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American Dictionary of the English Language

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Think


THINK, verb intransitive preterit tense and participle passive thought, pronoun thaut. [Latin duco.]

1. To have the mind occupied on some subject; to have ideas, or to revolve ideas in the mind.

--For that I am

I know, because I think

These are not matters to be slightly thought on.

2. To judge; to conclude; to hold as a settled opinion. I think it will rain tomorrow. I think it not best to proceed on our journey.

Let them marry to whom they think best. Numbers 36:6.

3. To intend.

Thou thought'st to help me.

I thought to promote thee to great honor. Numbers 24:11.

4. To imagine; to suppose; to fancy.

Edmund, I think is gone

In pity of his misery, to dispatch

His 'nighted life.

Let him that thinketh he standeth, take heed lest he fall. 1 Corinthians 10:12.

5. To muse; to meditate.

While Peter thought on the vision--Acts 10:1.

THINK much, speak little.

6. To reflect; to recollect or call to mind.

And when Peter thought thereon, he wept. Mark 14:64.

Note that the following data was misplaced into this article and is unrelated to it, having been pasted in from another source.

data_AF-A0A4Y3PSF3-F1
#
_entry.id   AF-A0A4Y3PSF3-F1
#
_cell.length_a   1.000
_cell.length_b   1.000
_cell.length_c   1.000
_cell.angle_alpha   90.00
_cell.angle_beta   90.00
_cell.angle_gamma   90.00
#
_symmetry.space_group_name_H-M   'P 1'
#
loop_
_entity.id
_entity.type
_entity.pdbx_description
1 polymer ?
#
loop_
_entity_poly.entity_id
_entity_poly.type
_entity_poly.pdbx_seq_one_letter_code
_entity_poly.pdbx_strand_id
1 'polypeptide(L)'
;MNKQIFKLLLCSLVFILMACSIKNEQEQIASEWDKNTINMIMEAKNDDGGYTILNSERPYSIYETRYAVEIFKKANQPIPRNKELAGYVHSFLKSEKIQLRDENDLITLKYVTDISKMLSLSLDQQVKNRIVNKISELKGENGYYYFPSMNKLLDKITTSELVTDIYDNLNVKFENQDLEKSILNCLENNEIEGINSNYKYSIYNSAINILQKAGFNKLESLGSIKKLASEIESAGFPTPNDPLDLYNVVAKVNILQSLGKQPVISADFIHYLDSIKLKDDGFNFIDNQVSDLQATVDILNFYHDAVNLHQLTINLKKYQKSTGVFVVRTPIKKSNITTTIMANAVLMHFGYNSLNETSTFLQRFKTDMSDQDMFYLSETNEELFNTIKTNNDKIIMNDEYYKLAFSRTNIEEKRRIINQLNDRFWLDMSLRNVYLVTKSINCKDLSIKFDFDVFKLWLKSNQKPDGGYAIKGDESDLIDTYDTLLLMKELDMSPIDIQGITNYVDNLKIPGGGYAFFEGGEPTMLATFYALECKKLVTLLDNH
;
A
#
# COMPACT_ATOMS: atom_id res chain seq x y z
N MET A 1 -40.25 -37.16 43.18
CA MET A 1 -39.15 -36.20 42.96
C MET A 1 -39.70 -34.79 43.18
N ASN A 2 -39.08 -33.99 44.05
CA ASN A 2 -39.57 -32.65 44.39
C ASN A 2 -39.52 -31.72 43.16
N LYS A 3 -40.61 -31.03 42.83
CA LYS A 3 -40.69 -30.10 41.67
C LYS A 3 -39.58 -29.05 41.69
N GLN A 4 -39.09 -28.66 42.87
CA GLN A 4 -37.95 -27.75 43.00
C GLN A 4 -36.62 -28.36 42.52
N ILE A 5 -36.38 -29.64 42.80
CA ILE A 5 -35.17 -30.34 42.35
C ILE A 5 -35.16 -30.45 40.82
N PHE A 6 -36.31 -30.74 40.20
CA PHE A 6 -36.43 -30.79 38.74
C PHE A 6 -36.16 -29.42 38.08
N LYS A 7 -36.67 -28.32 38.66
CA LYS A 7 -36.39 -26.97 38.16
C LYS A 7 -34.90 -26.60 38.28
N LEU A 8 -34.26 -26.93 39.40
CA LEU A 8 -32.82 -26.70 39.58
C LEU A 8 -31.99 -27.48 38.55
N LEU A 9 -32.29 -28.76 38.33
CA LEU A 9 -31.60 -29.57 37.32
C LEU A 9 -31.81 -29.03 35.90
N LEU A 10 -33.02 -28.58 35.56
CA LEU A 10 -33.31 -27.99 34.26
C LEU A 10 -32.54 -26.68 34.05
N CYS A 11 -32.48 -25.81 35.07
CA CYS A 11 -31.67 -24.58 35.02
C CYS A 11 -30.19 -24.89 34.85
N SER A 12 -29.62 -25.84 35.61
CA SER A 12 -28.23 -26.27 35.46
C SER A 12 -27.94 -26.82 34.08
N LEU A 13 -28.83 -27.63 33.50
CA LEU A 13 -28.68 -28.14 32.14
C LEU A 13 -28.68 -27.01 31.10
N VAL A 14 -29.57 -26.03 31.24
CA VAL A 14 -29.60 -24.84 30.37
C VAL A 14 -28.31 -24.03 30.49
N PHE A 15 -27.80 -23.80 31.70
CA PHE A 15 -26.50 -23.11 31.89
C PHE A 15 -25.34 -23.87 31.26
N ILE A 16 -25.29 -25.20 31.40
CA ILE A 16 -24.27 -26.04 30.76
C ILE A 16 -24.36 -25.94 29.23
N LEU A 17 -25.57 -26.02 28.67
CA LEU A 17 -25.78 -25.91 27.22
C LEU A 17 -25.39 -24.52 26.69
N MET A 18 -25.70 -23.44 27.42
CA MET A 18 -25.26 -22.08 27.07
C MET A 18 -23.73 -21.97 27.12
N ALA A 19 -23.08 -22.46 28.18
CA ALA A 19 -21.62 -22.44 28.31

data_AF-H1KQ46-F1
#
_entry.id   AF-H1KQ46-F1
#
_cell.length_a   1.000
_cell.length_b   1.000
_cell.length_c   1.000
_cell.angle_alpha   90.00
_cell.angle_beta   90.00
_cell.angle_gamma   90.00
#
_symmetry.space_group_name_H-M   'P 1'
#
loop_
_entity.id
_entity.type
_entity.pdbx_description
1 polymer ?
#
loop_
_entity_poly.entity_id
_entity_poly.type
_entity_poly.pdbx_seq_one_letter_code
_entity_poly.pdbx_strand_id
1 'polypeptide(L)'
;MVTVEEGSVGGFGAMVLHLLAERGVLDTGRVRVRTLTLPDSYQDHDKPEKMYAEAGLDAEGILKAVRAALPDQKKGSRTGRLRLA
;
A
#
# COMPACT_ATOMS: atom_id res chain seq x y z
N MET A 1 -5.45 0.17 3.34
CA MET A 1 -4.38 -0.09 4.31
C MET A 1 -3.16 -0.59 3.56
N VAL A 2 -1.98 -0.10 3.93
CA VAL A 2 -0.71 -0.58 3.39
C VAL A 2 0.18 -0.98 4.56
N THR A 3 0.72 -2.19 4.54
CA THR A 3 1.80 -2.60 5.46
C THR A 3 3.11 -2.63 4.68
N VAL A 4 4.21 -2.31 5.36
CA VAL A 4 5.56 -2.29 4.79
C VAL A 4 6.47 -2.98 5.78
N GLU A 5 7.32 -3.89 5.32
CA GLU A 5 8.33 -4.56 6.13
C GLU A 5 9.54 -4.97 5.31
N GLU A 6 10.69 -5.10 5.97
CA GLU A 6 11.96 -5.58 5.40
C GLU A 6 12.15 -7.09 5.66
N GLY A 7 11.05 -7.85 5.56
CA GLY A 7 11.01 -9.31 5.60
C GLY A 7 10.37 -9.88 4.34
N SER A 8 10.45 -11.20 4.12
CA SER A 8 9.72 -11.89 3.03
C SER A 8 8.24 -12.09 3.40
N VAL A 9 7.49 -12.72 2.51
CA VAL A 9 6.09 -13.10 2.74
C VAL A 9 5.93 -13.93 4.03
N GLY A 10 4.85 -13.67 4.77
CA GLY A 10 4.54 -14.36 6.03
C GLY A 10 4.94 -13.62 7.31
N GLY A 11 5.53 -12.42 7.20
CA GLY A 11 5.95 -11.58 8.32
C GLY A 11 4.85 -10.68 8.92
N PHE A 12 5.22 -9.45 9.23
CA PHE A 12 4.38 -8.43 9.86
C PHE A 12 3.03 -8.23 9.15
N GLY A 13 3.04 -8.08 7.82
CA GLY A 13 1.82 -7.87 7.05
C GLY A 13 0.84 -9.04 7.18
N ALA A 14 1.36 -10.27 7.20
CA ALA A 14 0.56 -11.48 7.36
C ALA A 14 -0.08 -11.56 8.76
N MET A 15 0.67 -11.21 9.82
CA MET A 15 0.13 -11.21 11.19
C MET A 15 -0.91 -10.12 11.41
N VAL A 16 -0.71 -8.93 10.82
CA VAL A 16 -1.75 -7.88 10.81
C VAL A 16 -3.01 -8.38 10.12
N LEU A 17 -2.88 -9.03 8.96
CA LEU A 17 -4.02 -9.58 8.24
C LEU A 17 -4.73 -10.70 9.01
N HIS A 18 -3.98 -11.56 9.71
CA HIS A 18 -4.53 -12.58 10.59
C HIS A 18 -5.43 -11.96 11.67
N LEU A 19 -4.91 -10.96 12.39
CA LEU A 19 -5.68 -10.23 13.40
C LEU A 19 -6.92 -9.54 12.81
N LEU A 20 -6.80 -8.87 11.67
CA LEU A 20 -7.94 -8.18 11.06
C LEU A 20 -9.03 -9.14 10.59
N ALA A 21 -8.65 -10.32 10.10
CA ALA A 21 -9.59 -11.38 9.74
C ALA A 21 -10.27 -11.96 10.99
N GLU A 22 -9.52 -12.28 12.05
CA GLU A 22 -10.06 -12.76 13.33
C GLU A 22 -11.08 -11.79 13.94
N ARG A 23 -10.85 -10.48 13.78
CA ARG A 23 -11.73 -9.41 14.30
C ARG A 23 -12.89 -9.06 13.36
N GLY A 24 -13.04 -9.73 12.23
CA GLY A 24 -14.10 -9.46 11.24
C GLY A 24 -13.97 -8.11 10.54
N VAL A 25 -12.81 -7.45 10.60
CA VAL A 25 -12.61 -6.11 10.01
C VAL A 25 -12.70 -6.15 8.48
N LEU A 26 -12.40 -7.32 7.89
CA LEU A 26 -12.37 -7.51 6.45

7. To consider; to deliberate. think how this thing could happen.

He thought within himself, saying, what shall I do?

Luke 12:40.

8. To presume.

THINK not to say within yourselves, we have Abraham to our father-- Matthew 3:9.

9. To believe; to esteem.

To think on or upon, to muse on; to meditate on.

If there by any virtue, and if there by any praise, think on these things. Philippians 4:8.

1. To light on by meditation. He has just thought on an expedient that will answer the purpose.

2. To remember with favor.

THINK upon me, my God, for good. Nehemiah 5:19.

To think of, to have ideas come into the mind. He thought of what you told him. I would have sent the books, but I did not think of it.

To think well of, to hold in esteem; to esteem.

THINK, verb transitive To conceive; to imagine.

Charity--thinketh no evil. 1 Corinthians 13:5.

1. To believe; to consider; to esteem.

Nor think superfluous others' aid.

2. To seem or appear, as in the phrases, me thinketh or methinks, and methought. These are genuine Saxon phrases, equivalent to it seems to me, it seemed to me. In these expressions, me is actually in the dative case; almost the only instance remaining in the language. Sax 'genoh thuht, ' satis visum est, it appeared enough or sufficient; 'me thineth, ' mihi videtur, it seems to me; I perceive.

To think much, to grudge.

He thought not much to clothe his enemies.

To think much of, to hold in high esteem.

To think scorn, to disdain. Esther 3:1.